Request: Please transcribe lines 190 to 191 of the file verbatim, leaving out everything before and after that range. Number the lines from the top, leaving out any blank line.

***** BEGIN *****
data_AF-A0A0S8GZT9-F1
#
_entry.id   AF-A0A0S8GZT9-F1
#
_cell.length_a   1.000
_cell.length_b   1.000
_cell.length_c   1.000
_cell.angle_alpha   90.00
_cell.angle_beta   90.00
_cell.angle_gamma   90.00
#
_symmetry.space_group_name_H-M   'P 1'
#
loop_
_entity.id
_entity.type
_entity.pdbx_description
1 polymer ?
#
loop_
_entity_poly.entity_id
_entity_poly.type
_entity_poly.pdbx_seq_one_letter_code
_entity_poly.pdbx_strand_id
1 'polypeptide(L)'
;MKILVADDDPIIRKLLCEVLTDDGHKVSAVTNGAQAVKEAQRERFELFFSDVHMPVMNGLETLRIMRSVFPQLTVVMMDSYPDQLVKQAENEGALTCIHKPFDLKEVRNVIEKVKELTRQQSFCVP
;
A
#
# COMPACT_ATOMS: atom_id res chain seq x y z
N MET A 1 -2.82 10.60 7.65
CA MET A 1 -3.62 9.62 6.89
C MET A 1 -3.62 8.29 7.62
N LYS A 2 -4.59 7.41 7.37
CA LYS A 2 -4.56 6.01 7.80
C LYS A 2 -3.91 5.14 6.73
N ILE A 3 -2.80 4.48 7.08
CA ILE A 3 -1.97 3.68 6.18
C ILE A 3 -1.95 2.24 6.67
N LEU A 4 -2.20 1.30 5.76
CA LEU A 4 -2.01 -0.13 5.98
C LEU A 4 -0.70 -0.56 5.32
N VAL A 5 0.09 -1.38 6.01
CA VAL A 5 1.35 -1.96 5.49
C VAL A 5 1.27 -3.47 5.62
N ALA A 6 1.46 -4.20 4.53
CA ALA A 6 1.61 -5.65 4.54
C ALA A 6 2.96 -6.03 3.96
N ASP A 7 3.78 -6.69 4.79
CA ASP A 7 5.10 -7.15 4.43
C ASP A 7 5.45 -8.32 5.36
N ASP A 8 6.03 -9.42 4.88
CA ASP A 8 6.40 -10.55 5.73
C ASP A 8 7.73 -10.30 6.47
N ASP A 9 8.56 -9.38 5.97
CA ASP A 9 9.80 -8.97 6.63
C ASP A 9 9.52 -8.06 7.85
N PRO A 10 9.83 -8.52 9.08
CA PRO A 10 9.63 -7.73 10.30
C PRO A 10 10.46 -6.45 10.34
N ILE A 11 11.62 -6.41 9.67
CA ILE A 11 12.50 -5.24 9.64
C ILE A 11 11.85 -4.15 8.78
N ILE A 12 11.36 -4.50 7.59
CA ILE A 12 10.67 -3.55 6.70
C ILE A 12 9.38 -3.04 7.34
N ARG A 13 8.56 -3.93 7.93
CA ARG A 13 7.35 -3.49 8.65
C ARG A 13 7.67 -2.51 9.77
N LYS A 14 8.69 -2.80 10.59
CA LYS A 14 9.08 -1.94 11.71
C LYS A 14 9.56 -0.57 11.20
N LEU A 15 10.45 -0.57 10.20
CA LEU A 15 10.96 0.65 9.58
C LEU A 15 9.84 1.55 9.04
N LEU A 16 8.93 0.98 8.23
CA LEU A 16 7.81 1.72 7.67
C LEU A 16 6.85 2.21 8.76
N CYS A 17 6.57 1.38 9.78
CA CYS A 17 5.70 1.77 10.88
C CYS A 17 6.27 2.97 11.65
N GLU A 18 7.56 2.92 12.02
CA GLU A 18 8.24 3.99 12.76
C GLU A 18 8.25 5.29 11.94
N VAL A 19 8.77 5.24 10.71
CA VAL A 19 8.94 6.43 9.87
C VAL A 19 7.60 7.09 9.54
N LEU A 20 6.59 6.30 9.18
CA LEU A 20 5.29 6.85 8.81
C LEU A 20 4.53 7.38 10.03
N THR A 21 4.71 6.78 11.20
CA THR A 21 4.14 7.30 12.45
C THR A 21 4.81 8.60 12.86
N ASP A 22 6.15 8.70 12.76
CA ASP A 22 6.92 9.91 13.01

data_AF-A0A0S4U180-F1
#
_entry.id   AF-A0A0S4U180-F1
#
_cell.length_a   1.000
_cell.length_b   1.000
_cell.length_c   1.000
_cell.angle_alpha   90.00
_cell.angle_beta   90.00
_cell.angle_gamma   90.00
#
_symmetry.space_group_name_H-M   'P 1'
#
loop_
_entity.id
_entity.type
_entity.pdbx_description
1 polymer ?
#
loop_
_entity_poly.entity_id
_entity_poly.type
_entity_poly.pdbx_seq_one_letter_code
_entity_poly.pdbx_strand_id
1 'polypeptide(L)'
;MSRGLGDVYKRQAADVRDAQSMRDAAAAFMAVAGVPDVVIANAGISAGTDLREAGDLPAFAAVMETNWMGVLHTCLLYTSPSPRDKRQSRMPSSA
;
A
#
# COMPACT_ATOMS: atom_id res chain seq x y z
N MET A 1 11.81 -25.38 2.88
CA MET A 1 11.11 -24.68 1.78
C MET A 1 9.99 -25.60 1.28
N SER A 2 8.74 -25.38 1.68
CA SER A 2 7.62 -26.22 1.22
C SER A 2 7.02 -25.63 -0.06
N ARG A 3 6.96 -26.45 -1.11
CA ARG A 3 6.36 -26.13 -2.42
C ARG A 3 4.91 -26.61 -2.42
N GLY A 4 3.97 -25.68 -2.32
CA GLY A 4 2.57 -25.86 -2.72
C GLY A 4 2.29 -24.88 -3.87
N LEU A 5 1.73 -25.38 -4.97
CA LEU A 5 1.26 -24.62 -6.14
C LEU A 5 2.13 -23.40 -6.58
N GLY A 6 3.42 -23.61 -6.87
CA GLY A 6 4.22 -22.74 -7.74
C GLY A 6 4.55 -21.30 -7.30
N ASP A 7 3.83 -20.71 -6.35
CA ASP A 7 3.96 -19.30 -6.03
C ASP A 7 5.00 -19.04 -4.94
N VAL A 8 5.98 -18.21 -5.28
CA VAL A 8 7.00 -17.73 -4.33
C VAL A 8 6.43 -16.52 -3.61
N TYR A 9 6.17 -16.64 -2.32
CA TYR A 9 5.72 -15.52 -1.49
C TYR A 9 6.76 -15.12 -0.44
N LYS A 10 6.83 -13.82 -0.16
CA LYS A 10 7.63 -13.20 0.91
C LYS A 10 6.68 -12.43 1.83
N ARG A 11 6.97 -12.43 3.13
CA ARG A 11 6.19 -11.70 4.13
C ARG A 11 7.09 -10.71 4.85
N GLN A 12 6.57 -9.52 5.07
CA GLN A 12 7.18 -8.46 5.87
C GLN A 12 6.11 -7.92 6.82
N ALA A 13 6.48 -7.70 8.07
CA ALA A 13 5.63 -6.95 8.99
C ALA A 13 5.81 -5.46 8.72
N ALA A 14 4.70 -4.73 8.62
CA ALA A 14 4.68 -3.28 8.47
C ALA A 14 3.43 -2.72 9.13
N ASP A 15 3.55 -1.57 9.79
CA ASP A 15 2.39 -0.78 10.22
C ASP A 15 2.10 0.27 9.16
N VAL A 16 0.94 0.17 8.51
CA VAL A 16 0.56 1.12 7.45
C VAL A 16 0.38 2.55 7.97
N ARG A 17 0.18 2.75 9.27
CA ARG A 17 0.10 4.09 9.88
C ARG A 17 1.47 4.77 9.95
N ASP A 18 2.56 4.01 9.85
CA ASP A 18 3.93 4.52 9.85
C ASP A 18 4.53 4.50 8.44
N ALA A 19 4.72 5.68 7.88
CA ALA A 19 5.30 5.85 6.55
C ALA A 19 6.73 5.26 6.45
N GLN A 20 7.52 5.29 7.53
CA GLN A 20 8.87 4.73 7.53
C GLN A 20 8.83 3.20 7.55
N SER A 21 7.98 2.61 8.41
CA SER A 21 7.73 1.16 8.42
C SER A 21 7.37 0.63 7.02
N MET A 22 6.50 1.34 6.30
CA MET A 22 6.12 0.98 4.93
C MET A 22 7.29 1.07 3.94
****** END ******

CA MET A 22 6.12 0.98 4.93
C MET A 22 7.29 1.07 3.94